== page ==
In terms of Japanese imagery, the Sakura (cherry blossom) must be one of the most symbolic out of all of Japanese art and culture. I have been back and fourth to Japan for several years, but have always seemed to miss the cherry blossoms that bloom in April. At last in 2015 I witnessed it for myself.
Yes indeed they are stunning trees, but why the obsession with the cherry blossom? There are many beautiful trees seasonally in many countries, is it the outstanding beauty of the Japanese cherry blossom or it it the sheer number of them?
Whilst the beautifully coordinated cherry blossoms in royal/zen gardens and parks are breathtaking, I for one would argue the random cherry blossom in front of the hair salon, or behind the greengrocer, or in between an apartment block is the real gem. They seem to pop out from nowhere. A reminder of mother natures true beauty whilst confined in this metropolis, perhaps?
The cherry blossom’s imagery is widespread through Japanese culture, from mass produced souvenirs to artisan products. It is the epicenter of Japanese culture, cited by famous poets, discussed by Japanese scholars and admired by everyday people.
The Sakura represents two core values of Japanese culture, an admiration for natures aesthetic as well as the beauty of its fleeting element, soon to wilt, due to its mere 10 day lifespan. It is a manifestation of the transience of life, pleasure and pain. It has also been said to represent the beauty of women and it is the one of only a few trees grown with a focus on its flower rather than its fruit.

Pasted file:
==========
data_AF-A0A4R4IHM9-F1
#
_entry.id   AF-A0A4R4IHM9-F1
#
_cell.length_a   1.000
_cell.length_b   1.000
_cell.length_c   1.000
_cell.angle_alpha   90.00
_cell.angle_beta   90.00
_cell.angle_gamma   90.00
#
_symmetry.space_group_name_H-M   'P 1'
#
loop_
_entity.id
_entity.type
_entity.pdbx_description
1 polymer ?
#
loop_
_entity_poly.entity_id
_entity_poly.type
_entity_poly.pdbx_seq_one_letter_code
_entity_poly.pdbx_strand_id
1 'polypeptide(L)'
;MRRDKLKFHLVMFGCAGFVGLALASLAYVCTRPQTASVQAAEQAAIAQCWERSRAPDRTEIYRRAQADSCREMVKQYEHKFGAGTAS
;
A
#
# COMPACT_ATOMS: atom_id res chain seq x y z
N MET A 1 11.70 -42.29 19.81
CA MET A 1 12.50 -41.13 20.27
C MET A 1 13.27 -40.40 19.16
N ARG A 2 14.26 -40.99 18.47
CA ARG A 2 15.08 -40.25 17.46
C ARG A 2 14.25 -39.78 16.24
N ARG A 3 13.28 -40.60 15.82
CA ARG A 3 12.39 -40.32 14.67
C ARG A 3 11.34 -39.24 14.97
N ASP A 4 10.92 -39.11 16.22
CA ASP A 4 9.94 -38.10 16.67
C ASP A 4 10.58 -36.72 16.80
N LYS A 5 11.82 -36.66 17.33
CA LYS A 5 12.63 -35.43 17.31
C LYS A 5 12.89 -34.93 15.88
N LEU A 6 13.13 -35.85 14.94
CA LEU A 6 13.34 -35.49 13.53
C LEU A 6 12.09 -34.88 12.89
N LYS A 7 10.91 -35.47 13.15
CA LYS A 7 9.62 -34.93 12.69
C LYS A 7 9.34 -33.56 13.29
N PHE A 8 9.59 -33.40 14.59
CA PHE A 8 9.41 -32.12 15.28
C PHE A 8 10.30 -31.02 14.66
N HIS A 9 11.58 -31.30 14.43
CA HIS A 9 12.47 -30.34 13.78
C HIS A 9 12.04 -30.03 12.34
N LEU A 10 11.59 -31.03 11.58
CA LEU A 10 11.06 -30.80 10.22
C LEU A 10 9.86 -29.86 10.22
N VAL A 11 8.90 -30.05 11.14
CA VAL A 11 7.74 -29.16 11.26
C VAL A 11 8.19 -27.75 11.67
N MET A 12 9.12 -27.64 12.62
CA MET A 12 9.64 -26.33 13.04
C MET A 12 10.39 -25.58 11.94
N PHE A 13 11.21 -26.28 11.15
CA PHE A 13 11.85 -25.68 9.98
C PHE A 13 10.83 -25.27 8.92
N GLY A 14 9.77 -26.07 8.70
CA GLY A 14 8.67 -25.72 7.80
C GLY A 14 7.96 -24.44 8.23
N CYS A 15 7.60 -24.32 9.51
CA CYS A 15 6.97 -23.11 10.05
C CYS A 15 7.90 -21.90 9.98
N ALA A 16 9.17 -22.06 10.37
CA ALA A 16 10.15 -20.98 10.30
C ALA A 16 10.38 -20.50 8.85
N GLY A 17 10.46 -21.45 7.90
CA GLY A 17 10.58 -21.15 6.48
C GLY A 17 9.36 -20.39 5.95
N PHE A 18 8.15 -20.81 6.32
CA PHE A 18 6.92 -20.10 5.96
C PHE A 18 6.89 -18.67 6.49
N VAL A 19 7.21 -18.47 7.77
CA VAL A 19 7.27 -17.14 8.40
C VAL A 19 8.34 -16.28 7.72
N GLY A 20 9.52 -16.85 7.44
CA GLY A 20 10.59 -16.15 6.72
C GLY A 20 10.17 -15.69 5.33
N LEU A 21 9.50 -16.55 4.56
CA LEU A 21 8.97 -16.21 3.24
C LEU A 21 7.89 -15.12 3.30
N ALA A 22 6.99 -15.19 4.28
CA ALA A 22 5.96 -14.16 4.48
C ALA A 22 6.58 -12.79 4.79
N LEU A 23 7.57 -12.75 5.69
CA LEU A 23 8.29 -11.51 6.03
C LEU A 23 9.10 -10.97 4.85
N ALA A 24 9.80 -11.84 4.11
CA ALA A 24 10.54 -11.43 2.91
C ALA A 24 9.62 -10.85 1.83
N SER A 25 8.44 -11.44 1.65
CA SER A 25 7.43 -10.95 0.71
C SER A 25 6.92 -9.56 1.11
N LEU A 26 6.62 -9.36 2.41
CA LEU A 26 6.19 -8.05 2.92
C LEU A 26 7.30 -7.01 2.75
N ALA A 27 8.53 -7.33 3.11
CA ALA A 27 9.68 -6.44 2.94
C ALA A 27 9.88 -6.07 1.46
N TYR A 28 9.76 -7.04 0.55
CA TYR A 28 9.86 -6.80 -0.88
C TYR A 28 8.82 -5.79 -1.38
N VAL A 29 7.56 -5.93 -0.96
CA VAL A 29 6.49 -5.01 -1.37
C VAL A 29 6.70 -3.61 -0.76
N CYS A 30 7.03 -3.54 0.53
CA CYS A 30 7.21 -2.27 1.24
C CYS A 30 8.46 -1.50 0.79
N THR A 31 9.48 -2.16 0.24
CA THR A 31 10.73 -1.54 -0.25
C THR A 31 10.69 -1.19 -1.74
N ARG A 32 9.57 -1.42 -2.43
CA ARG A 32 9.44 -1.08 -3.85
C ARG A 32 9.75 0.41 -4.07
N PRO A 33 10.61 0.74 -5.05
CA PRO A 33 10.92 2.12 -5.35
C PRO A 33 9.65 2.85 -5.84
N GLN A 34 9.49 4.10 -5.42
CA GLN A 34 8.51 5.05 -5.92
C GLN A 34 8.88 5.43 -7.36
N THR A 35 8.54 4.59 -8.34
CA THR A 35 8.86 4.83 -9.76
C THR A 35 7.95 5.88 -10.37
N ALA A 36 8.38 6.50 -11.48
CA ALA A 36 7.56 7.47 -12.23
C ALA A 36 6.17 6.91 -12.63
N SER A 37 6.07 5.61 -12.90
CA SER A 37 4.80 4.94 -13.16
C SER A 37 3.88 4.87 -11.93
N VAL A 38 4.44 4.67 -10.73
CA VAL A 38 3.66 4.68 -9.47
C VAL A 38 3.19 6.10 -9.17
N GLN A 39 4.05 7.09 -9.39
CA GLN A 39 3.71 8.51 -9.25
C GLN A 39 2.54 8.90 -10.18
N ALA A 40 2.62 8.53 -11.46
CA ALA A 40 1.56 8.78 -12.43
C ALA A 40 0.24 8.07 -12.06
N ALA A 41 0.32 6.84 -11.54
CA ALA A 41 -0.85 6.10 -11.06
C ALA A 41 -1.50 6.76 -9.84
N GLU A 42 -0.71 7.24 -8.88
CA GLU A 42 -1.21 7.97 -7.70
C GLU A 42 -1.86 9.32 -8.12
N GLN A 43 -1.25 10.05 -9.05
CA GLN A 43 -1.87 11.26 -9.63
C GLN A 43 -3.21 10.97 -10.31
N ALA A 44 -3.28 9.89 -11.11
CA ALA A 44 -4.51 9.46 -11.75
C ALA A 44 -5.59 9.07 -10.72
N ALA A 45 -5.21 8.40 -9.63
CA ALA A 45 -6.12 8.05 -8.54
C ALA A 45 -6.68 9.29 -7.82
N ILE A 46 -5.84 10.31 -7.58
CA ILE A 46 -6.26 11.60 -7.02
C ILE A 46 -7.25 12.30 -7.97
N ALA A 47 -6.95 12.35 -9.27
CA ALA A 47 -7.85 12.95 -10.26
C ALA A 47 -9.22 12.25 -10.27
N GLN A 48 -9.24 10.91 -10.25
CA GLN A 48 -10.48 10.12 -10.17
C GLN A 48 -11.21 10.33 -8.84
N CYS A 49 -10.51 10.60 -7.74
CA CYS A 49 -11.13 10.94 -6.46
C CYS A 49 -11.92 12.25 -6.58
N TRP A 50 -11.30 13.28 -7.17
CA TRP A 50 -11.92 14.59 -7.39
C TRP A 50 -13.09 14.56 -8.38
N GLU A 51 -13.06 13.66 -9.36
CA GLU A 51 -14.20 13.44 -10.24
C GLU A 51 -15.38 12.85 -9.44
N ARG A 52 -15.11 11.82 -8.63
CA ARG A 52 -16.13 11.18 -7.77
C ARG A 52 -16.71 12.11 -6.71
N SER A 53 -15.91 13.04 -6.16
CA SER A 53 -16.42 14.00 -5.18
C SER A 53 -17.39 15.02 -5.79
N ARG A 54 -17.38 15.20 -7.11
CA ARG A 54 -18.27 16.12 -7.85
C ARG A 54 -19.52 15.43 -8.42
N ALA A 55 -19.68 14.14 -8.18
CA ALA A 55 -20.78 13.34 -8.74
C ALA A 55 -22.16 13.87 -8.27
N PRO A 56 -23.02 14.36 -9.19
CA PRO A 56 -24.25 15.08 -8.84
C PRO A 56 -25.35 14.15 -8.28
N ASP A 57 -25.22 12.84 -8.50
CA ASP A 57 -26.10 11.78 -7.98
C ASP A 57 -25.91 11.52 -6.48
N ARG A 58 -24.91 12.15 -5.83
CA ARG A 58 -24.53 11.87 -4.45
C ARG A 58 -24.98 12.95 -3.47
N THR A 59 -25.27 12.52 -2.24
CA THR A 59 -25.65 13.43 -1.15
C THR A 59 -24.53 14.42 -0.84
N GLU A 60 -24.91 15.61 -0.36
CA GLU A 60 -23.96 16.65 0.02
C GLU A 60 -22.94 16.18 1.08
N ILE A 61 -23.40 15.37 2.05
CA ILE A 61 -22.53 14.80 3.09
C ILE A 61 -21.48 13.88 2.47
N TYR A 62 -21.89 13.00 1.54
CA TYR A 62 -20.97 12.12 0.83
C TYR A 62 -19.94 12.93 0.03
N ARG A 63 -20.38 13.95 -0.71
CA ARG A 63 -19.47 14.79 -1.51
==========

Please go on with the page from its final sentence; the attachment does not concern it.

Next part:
The manifestation of the Sakura amalgamates in April with the ‘hanami’ event. This is the peak whereby they begin to bloom in most of the bigger Japanese cities. It works in an upwards spiral throughout the country lasting around a month.
This is where families, friends, lovers and work colleges rendezvous beneath the magical, blooming trees, drinking, eating and enjoying the moment. It is believed that in fact originally the ‘hanami’ festival was established by Japanese empires via rituals and traditions surrounding the trees.
With all the splendor, beauty and the joy of the majestic ‘hanami’, it is no wonder spring the season known as ‘deai no haru’ which has a meaning akin to the season of unexpected meetings. I believe that in a modern metropolis like Tokyo where compared with the countryside one is some what disenfranchised from nature itself, the sakura bloom to remind the Japanese of their roots, the importance of enjoying life, appreciating beauty and accepting the short and fleeting nature of life. What do you think the Sakura represents?